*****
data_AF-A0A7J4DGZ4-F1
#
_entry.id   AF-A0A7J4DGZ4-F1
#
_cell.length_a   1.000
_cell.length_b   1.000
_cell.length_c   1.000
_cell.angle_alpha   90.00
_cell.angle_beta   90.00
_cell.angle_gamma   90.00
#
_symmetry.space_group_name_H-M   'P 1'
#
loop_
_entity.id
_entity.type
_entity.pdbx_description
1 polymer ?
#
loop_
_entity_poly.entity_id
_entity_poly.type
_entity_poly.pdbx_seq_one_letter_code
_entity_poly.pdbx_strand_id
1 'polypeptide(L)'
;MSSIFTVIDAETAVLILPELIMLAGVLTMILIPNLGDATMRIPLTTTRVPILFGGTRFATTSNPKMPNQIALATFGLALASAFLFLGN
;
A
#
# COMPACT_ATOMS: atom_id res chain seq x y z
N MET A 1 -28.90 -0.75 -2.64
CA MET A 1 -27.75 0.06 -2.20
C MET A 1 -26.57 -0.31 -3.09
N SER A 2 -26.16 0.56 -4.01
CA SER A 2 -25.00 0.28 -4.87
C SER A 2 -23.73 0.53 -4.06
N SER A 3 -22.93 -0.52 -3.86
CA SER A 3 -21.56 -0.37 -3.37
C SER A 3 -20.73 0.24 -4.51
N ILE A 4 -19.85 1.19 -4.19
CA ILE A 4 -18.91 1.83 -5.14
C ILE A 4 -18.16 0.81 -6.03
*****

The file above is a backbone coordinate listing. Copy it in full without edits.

data_AF-A0A7J4DGZ4-F1
#
_entry.id   AF-A0A7J4DGZ4-F1
#
_cell.length_a   1.000
_cell.length_b   1.000
_cell.length_c   1.000
_cell.angle_alpha   90.00
_cell.angle_beta   90.00
_cell.angle_gamma   90.00
#
_symmetry.space_group_name_H-M   'P 1'
#
loop_
_entity.id
_entity.type
_entity.pdbx_description
1 polymer ?
#
loop_
_entity_poly.entity_id
_entity_poly.type
_entity_poly.pdbx_seq_one_letter_code
_entity_poly.pdbx_strand_id
1 'polypeptide(L)'
;MSSIFTVIDAETAVLILPELIMLAGVLTMILIPNLGDATMRIPLTTTRVPILFGGTRFATTSNPKMPNQIALATFGLALASAFLFLGN
;
A
#
# COMPACT_ATOMS: atom_id res chain seq x y z
N MET A 1 -28.90 -0.75 -2.64
CA MET A 1 -27.75 0.06 -2.20
C MET A 1 -26.57 -0.31 -3.09
N SER A 2 -26.16 0.56 -4.01
CA SER A 2 -25.00 0.28 -4.87
C SER A 2 -23.73 0.53 -4.06
N SER A 3 -22.93 -0.52 -3.86
CA SER A 3 -21.56 -0.37 -3.37
C SER A 3 -20.73 0.24 -4.51
N ILE A 4 -19.85 1.19 -4.19
CA ILE A 4 -18.91 1.83 -5.14
C ILE A 4 -18.16 0.81 -6.03